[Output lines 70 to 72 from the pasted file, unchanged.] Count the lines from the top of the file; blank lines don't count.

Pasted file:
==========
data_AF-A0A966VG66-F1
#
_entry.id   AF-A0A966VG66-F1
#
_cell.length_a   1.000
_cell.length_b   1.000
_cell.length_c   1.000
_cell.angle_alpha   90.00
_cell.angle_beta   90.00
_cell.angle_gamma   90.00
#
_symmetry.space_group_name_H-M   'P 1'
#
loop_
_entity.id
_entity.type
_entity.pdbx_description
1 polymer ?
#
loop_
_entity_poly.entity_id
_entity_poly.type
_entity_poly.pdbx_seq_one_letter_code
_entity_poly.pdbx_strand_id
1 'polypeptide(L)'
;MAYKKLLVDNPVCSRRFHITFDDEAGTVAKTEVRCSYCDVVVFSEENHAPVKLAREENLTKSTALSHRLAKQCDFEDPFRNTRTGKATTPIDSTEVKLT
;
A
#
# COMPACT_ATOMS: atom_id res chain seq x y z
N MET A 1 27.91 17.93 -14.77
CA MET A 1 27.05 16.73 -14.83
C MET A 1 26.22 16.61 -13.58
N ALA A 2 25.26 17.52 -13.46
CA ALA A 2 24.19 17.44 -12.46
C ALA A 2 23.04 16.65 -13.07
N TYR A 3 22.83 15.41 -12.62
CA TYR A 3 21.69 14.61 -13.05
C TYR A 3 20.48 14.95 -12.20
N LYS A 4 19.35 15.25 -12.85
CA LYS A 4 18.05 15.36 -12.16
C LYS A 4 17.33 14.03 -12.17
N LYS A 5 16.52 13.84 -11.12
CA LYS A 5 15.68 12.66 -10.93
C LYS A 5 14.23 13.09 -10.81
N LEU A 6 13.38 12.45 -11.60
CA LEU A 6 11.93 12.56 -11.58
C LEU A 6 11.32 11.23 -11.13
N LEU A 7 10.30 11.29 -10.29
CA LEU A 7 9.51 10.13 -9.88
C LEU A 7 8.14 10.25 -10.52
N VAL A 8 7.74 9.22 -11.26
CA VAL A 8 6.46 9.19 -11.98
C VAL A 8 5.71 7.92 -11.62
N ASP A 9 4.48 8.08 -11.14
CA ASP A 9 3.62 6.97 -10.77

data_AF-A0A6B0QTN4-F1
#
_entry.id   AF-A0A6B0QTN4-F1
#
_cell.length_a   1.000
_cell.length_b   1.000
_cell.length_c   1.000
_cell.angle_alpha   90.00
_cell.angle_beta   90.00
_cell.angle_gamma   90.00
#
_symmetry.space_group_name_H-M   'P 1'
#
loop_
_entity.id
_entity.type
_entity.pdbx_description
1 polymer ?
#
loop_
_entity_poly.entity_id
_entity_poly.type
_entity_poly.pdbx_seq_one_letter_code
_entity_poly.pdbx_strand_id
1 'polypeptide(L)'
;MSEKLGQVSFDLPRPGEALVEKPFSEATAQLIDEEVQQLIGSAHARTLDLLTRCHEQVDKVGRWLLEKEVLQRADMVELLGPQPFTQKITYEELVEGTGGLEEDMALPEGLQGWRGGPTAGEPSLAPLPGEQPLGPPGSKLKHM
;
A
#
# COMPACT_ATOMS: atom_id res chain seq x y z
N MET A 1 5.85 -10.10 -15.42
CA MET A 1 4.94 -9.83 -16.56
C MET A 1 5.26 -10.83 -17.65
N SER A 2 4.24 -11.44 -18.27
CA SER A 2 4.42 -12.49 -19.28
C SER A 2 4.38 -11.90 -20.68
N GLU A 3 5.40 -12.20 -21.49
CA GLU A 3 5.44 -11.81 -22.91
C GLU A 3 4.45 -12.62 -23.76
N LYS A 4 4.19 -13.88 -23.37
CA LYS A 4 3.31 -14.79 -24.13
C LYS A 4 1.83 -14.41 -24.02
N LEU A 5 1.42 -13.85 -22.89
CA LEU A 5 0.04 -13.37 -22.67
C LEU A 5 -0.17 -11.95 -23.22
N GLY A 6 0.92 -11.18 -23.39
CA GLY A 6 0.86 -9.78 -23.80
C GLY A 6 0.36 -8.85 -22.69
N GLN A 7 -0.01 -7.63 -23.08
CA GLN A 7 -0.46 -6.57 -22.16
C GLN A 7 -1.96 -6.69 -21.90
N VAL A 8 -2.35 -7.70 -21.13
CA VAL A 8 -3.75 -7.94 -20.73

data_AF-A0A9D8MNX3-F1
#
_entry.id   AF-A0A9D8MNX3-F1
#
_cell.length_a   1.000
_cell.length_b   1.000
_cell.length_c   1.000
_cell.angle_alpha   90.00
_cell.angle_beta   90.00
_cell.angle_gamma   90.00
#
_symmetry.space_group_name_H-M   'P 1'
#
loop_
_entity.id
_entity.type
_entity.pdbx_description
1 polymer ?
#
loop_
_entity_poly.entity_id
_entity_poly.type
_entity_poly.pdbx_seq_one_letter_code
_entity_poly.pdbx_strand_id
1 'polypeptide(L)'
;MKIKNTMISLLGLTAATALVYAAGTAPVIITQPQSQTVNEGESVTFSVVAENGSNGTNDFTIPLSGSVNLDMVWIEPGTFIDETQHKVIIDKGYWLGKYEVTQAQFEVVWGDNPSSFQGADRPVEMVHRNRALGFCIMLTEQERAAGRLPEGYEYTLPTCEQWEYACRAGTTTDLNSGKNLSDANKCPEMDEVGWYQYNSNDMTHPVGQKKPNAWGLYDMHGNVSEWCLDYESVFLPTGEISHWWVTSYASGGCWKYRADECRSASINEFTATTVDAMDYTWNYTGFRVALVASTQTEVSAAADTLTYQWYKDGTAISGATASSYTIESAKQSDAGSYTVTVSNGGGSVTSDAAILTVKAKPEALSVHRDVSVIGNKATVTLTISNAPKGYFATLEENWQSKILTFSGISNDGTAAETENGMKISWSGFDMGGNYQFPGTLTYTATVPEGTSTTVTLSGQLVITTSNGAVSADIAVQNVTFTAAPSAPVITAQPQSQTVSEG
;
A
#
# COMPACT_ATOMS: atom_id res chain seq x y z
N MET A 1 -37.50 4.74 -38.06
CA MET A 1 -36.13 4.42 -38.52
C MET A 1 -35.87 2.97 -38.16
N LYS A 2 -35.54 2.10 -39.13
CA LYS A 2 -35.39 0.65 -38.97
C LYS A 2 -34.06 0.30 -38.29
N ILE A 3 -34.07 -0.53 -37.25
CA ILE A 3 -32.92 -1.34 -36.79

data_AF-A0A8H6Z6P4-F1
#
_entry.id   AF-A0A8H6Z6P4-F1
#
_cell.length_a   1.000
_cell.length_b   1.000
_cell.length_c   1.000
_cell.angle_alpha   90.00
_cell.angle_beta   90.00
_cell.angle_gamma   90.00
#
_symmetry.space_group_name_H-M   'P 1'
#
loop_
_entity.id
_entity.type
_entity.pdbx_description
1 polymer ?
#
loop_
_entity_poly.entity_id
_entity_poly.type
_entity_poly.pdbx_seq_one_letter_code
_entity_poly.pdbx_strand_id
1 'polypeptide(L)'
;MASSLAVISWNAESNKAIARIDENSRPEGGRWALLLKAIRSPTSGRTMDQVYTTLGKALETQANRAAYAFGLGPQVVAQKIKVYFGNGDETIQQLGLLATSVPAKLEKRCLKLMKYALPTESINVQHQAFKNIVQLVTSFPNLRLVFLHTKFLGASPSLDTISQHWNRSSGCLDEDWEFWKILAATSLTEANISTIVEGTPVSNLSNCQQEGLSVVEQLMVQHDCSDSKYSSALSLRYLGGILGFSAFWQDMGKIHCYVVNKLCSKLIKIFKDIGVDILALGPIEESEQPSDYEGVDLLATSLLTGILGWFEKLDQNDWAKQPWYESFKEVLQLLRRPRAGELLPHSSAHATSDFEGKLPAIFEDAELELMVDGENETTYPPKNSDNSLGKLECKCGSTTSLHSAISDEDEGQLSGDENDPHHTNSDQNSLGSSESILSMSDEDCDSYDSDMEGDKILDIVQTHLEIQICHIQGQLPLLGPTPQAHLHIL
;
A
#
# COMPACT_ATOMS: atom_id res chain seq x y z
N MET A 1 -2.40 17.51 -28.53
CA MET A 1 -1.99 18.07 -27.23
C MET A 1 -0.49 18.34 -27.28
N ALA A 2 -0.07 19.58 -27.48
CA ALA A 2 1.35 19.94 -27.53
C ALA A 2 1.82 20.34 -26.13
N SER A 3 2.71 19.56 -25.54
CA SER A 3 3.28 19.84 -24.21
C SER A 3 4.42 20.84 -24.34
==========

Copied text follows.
loop_
_entity.id
_entity.type